Eastern European Nations Deploy Incident Command System
Thursday, April 05, 2018 | Comments

The Next-Generation Incident Command System (NICS) was implemented in the southeastern European nations of Bosnia and Herzegovina, Croatia, Macedonia and Montenegro for emergency response.

The Massachusetts Institute of Technology (MIT) Lincoln Laboratory and the U.S. Department of Homeland Security Science and Technology Directorate (DHS S&T) developed NICS nearly a decade ago. Through a four-year partnership with the North Atlantic Treat Organization (NATO) Science for Peace and Security Programme, the developers will work with local and federal response agencies in these countries to adapt and enhance NICS for the specific needs of this multinational community.

“We are working with each country to best decide how NICS can be adapted to meet their disaster-response needs and also how NICS can improve communication across country borders,” said Stephanie Foster, a staff member in Lincoln Laboratory’s humanitarian assistance and disaster relief systems group and the program manager for the NICS NATO project. She said NICS will help the countries build a standardized method of response to large-scale disasters, such as the cyclone and ensuing floods that devastated the region in 2014.

Modifications to NICS are building on what staff learned during the NATO Euro-Atlantic Disaster Response Coordination Centre’s 17th Consequence Management Field Exercise 24 – 29 September. Close to 1,300 disaster-response personnel from 34 NATO member and partner nations participated in the exercise. Hosted in Bosnia and Herzegovina, the exercise provided the southeastern European disaster teams a first road test of the NICS platform.

For three days, NICS was implemented during water-rescue missions conducted by teams from Montenegro, Bosnia and Herzegovina, and Croatia. The exercise began with an initial emergency request received at the base of operations. From there, teams were deployed to the incident site and given instructions to either lead or assist in different scenarios, such as extracting people from a car that had entered a lake, removing barrels of chemicals and assessing the risk, and saving people from cable cars hanging above the water.

“We would get live input from the water-rescue teams that were responding,” Foster said. “They used the mobile app to upload images of the damage and to chat with users at base camp and in the incident command tent.”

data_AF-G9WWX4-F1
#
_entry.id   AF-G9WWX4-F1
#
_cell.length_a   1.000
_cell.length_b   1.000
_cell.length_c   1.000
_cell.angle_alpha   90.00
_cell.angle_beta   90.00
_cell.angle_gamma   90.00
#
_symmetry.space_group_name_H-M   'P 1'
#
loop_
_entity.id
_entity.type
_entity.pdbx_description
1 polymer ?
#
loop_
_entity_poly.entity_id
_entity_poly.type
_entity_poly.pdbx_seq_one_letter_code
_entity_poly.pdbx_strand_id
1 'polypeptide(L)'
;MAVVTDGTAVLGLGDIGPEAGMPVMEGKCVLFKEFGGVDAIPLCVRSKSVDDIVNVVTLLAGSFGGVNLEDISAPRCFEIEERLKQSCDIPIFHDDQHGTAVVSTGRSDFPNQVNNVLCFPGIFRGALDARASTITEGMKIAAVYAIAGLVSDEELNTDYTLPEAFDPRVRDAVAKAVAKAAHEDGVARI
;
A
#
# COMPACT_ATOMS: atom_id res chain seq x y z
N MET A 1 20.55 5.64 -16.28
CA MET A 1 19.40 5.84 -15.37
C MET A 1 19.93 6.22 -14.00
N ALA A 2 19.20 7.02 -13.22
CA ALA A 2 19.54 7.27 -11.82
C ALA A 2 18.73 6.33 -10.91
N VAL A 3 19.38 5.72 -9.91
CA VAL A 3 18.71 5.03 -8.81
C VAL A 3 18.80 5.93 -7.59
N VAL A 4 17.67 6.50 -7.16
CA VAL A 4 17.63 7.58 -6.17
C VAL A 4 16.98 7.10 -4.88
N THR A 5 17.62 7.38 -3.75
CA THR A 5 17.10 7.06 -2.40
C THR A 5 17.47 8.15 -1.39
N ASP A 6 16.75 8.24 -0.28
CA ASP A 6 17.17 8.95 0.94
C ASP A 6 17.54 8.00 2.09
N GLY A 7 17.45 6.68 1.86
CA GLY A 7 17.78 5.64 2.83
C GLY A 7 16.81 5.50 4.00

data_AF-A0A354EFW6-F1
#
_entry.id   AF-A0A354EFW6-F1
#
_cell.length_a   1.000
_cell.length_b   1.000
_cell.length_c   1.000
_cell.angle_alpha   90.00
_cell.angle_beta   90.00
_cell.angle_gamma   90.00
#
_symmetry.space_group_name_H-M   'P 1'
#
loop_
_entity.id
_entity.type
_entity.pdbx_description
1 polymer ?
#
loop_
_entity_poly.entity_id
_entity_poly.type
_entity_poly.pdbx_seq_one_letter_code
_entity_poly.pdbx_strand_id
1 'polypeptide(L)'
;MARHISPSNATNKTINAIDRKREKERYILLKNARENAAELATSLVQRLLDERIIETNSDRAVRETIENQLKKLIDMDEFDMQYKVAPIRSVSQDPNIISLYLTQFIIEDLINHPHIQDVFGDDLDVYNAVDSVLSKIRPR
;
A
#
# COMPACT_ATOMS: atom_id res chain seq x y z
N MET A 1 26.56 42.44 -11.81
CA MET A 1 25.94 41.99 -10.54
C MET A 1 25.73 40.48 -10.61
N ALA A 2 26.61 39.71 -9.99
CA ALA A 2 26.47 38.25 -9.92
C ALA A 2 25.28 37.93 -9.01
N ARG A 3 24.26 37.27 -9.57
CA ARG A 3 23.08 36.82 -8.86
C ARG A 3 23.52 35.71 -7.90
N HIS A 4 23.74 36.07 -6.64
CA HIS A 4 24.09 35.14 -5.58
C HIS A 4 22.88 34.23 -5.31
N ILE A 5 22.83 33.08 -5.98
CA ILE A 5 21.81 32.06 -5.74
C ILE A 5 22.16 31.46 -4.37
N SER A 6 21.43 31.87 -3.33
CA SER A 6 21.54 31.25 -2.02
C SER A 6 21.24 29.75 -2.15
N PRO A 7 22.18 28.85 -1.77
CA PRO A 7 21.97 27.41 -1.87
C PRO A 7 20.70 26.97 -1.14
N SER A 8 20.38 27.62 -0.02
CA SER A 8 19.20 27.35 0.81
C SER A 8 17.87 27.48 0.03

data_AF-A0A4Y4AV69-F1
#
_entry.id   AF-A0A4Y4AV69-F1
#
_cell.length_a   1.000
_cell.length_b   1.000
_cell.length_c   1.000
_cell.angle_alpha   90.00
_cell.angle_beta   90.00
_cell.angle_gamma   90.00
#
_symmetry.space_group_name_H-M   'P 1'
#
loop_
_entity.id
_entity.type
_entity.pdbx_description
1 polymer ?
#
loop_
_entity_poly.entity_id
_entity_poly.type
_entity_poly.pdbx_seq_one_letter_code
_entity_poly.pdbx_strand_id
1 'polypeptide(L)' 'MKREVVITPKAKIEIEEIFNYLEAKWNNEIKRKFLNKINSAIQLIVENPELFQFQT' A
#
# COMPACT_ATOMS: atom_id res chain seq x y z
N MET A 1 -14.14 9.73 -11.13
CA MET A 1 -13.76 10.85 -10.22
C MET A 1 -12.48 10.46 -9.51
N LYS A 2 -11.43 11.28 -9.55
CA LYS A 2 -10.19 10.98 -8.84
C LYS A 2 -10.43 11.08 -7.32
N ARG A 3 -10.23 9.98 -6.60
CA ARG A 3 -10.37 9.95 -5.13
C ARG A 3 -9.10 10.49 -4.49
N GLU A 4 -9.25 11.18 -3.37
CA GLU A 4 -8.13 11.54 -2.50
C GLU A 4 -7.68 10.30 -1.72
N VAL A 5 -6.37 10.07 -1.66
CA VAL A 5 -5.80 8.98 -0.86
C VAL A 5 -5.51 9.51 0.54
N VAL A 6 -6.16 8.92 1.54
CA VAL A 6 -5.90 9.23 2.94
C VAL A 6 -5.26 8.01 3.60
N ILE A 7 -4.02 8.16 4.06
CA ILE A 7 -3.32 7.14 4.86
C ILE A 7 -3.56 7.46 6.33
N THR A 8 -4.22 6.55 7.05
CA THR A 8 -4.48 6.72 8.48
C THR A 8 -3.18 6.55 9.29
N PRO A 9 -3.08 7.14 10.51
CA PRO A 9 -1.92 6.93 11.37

The NICS mobile app, a relatively new addition to the system, enabled live tracking of the teams’ locations. Another new feature of NICS was the incorporation of social media analytics. A Defense Advanced Research Projects Agency (DARPA) program called LORELEI, a human language technology to provide domain-relevant, essential information from messages written in any language, categorized the social media posts from the exercise by need type — medical, water, or search and rescue — urgency level, location and timeframe.

To get this information to the responders, the team added layers to the NICS interface that showed posts by need type and a color-coded heat map of social media activity around the incident locations. NICS also offers graphical tools, essentially virtual whiteboards, with which users can draw boundaries or circle locations directly on the map. This feature is especially useful for communicating across language barriers.

NATO is looking for more opportunities to implement NICS internationally. Last September 2017, NATO opened a new center in Kuwait City, called the Istanbul Cooperation Initiative Regional Center, in which NATO researchers can work closely with Persian Gulf partners on a number of important issues, including disaster response.

Another long-term goal of the NICS NATO partnership is to engage young scientists and engineers in further developing the NICS technology. The vision is to build an active community with the capability to evolve and contribute to the platform’s open-source software, which DHS S&T released worldwide on GitHub last year.

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